When Russian president Vladimir Putin made a state visit to Belgium in January, he came bearing a remarkable gift – a pack of letters written by King Albert I, the great-grandfather of the present king and namesake of his father. Albert reigned from 1909 to 1934, and was regarded by his subjects with admiration thanks to his resistance to the German invader, to the extent of fighting alongside his troops to defend the last strip of unoccupied Belgium. He died in 1934 in a climbing accident in the Ardennes, and was succeeded by his son Leopold III.
The letters – 17 autograph and 33 typed copies – were sent by Albert between 1920 and 1934 to Henri Jaspar, successively minister for foreign affairs, prime minister and finance minister. After 1924 Jaspar was a minister of state, the equivalent of a Privy Councillor in the UK.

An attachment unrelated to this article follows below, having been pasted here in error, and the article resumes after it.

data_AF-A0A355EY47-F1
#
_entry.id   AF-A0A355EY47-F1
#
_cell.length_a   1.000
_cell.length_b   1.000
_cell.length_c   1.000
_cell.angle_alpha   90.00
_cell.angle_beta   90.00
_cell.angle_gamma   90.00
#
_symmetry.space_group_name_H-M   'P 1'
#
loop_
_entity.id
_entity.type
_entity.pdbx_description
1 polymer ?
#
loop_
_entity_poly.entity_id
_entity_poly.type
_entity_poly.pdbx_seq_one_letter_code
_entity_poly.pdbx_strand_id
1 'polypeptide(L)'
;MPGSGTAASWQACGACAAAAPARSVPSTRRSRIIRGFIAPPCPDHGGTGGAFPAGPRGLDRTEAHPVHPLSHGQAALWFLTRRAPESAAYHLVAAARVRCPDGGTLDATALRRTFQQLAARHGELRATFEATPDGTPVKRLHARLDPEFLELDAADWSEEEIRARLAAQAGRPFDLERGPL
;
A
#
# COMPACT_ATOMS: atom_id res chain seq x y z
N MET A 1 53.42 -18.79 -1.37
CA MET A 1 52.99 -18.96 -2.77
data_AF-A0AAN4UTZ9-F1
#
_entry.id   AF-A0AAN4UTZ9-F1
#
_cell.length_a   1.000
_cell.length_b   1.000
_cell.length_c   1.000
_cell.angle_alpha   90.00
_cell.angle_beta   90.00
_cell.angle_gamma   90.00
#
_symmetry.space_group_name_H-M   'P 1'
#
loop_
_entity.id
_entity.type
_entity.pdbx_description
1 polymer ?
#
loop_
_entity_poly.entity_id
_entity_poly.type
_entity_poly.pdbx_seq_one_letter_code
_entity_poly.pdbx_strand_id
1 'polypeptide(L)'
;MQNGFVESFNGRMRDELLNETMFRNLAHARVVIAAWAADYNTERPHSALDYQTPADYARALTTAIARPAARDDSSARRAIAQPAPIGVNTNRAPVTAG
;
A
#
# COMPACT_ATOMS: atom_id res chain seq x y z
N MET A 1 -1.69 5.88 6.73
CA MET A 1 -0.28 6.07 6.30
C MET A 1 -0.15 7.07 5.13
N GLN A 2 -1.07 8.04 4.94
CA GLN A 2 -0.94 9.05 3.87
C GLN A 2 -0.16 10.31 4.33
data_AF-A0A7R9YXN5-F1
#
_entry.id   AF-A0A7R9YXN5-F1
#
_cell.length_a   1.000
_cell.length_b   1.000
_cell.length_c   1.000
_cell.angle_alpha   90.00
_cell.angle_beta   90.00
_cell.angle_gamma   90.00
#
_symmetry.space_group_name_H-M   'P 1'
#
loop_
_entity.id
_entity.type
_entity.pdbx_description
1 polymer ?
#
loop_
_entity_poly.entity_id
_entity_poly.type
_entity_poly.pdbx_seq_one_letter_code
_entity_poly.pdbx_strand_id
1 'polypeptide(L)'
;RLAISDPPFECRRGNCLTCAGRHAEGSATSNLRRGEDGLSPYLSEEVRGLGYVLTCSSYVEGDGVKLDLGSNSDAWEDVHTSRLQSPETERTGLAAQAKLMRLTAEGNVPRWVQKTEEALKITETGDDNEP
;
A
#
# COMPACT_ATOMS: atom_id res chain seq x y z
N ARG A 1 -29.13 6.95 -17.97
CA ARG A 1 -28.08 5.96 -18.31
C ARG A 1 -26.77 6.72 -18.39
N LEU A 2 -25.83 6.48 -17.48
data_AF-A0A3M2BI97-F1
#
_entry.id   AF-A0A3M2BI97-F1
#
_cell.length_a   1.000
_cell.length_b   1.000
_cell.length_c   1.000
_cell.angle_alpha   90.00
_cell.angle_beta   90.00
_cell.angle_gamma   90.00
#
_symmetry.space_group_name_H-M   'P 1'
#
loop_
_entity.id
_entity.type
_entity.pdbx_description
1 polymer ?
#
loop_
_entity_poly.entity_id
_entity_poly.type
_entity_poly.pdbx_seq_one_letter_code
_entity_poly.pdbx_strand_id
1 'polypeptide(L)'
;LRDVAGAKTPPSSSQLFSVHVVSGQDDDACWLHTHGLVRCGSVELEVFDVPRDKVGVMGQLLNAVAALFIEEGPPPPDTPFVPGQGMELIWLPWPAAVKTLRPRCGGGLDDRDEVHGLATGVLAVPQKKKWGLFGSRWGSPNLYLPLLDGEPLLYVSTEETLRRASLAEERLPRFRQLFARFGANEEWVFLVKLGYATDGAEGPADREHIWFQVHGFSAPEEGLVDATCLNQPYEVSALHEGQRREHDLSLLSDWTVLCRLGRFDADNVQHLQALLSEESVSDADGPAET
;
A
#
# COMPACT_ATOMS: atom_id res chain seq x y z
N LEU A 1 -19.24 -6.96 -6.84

The letters were collected in a bundle by Jaspar himself, the copies made by his secretaries. How they came into the possession of the Soviet Union and later the Russian state is not clear.
The letters, covering a range of subjects, were handed over by Putin to prime minister Charles Michel, who later passed them on to the state archives in October.
“The correspondence demonstrates the close bond between King Albert I and Henri Jaspar. They show clearly the influence of the monarch on political questions,” a spokesperson for the state archive said. “Albert I shows his concern for a number of symbolic dossiers which were even then high on the agenda, such as the worrying state of government finances and the struggle for independence for Catalonia.”
Other subjects about which he addresses “Mon cher ministre,” signing himself as “Votre très affectioné, Albert” include congratulations on the economic treaty with Luxembourg which would go on to become the Benelux. He also congratulates Jaspar on piloting the legislation creating the national rail authority SNCB though parliament.